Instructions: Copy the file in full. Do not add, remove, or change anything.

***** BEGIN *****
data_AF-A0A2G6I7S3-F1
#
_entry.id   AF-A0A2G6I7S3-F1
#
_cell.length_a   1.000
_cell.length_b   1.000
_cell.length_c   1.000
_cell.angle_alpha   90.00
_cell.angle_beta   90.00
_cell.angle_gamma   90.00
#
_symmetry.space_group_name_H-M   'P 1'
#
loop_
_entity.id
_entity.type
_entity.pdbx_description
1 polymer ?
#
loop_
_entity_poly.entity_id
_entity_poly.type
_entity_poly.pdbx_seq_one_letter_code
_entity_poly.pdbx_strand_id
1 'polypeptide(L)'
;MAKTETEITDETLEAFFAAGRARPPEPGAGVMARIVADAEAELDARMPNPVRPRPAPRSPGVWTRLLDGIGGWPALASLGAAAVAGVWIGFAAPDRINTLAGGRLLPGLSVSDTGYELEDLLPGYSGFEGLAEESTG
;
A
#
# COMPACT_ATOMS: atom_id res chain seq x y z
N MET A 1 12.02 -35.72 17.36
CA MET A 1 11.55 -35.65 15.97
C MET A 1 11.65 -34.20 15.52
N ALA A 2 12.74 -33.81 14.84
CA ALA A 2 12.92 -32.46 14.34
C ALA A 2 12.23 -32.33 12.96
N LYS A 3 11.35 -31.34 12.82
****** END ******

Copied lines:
data_AF-A0A2G6I7S3-F1
#
_entry.id   AF-A0A2G6I7S3-F1
#
_cell.length_a   1.000
_cell.length_b   1.000
_cell.length_c   1.000
_cell.angle_alpha   90.00
_cell.angle_beta   90.00
_cell.angle_gamma   90.00
#
_symmetry.space_group_name_H-M   'P 1'
#
loop_
_entity.id
_entity.type
_entity.pdbx_description
1 polymer ?
#
loop_
_entity_poly.entity_id
_entity_poly.type
_entity_poly.pdbx_seq_one_letter_code
_entity_poly.pdbx_strand_id
1 'polypeptide(L)'
;MAKTETEITDETLEAFFAAGRARPPEPGAGVMARIVADAEAELDARMPNPVRPRPAPRSPGVWTRLLDGIGGWPALASLGAAAVAGVWIGFAAPDRINTLAGGRLLPGLSVSDTGYELEDLLPGYSGFEGLAEESTG
;
A
#
# COMPACT_ATOMS: atom_id res chain seq x y z
N MET A 1 12.02 -35.72 17.36
CA MET A 1 11.55 -35.65 15.97
C MET A 1 11.65 -34.20 15.52
N ALA A 2 12.74 -33.81 14.84
CA ALA A 2 12.92 -32.46 14.34
C ALA A 2 12.23 -32.33 12.96
N LYS A 3 11.35 -31.34 12.82